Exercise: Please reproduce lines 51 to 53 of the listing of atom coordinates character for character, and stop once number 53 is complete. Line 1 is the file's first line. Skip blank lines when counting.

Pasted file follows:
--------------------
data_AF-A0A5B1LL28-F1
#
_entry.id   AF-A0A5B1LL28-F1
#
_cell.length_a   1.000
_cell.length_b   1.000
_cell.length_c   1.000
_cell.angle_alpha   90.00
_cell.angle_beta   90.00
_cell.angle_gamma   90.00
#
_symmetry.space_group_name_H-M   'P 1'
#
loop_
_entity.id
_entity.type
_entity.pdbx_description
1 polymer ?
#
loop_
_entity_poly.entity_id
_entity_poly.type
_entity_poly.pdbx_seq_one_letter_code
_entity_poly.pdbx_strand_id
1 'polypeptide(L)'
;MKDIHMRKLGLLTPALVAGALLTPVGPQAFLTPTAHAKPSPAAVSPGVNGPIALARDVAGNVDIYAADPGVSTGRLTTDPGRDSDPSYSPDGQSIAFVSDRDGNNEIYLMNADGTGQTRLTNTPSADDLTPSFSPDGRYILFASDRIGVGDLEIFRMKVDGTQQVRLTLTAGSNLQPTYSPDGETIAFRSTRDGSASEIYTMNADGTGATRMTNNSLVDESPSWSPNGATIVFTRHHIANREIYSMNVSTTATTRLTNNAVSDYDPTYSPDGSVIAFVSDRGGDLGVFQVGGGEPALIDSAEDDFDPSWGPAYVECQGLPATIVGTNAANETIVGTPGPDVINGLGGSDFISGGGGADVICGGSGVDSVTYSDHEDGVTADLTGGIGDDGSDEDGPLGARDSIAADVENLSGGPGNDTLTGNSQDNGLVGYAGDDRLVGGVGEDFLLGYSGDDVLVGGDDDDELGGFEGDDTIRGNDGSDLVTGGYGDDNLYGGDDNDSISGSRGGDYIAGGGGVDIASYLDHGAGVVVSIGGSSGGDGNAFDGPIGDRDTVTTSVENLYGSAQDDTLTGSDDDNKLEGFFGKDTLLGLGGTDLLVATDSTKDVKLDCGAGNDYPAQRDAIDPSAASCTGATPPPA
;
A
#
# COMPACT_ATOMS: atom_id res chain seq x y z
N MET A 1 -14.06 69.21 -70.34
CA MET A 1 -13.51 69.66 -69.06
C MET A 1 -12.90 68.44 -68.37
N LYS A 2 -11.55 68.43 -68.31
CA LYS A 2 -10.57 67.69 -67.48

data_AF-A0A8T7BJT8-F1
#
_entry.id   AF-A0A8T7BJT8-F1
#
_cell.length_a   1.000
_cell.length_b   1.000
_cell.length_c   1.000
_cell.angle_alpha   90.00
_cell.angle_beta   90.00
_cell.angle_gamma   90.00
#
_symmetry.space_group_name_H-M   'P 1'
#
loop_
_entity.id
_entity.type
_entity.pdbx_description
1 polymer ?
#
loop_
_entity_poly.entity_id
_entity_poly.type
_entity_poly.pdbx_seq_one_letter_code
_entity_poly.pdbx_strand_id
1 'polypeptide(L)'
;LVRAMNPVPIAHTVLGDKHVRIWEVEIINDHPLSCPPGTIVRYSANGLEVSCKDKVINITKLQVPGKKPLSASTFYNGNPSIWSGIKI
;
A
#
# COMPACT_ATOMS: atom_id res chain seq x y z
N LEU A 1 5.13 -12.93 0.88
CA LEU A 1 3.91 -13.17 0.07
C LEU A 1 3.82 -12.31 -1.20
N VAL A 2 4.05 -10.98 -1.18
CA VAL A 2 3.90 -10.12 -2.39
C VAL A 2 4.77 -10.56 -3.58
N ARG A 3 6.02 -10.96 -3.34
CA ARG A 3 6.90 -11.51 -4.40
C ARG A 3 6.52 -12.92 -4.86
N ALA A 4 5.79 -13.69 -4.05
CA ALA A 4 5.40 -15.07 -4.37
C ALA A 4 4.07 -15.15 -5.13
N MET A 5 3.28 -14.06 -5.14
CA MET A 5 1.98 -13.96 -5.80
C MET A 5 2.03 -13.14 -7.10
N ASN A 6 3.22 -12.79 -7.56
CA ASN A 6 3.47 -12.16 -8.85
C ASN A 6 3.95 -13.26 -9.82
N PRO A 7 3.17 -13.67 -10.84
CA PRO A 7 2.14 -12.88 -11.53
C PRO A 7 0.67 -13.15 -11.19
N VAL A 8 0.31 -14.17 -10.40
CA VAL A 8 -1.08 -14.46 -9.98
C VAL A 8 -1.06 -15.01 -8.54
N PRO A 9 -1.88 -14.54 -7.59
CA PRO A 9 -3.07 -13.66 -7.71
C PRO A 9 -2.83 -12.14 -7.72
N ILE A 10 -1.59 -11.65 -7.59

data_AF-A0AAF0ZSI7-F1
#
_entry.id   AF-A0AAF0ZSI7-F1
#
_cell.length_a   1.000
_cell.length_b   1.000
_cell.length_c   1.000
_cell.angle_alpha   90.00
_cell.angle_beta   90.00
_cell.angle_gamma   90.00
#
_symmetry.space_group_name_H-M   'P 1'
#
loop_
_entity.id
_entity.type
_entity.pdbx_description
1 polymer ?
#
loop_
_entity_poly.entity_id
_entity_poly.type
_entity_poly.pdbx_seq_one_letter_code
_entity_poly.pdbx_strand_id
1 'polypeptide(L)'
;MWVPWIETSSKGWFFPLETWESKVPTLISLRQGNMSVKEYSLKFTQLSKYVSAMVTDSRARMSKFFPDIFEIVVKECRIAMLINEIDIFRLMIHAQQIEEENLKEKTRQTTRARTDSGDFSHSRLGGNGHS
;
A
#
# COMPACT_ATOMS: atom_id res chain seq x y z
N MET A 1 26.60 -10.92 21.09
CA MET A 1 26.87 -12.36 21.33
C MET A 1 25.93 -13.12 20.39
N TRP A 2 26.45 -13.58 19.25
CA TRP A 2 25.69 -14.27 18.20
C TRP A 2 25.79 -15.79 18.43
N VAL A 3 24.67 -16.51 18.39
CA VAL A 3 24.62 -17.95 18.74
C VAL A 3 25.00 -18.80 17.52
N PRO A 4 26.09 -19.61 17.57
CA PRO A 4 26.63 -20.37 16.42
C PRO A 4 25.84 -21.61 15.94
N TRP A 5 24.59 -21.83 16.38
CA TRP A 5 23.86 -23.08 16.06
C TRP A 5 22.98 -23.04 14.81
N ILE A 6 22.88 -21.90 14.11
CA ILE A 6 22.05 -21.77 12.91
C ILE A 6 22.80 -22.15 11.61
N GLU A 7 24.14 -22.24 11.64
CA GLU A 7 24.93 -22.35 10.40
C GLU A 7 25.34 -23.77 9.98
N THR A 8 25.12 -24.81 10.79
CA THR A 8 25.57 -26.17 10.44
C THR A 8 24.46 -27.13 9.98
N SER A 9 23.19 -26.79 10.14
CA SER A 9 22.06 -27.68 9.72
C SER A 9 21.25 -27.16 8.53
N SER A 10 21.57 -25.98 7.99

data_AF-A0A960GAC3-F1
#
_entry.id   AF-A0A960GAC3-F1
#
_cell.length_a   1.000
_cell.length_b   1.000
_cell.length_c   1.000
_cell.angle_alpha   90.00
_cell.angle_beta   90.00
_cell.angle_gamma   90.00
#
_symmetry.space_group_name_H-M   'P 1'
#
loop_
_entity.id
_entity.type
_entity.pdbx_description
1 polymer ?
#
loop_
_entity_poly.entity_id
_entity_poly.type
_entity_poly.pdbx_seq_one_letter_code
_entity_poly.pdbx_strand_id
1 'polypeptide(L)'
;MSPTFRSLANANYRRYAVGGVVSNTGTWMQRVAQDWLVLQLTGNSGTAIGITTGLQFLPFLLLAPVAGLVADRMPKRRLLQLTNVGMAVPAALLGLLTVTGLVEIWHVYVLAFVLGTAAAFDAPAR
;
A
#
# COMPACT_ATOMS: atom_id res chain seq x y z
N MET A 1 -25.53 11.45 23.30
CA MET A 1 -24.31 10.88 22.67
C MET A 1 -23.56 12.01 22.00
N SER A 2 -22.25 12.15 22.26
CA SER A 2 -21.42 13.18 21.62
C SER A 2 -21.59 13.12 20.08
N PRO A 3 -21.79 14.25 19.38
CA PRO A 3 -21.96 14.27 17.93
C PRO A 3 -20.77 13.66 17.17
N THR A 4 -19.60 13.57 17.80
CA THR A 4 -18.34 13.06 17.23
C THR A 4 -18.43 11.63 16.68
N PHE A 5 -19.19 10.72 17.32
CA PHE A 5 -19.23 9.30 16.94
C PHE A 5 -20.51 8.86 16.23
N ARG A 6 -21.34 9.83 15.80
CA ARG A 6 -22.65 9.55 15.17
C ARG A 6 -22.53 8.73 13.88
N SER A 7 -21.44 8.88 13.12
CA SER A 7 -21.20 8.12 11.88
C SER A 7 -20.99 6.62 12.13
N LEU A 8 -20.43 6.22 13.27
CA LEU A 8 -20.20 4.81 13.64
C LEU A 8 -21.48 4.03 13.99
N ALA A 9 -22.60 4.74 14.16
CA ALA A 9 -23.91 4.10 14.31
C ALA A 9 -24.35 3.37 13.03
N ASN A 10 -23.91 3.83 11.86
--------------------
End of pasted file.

_entity.type
_entity.pdbx_description
1 polymer ?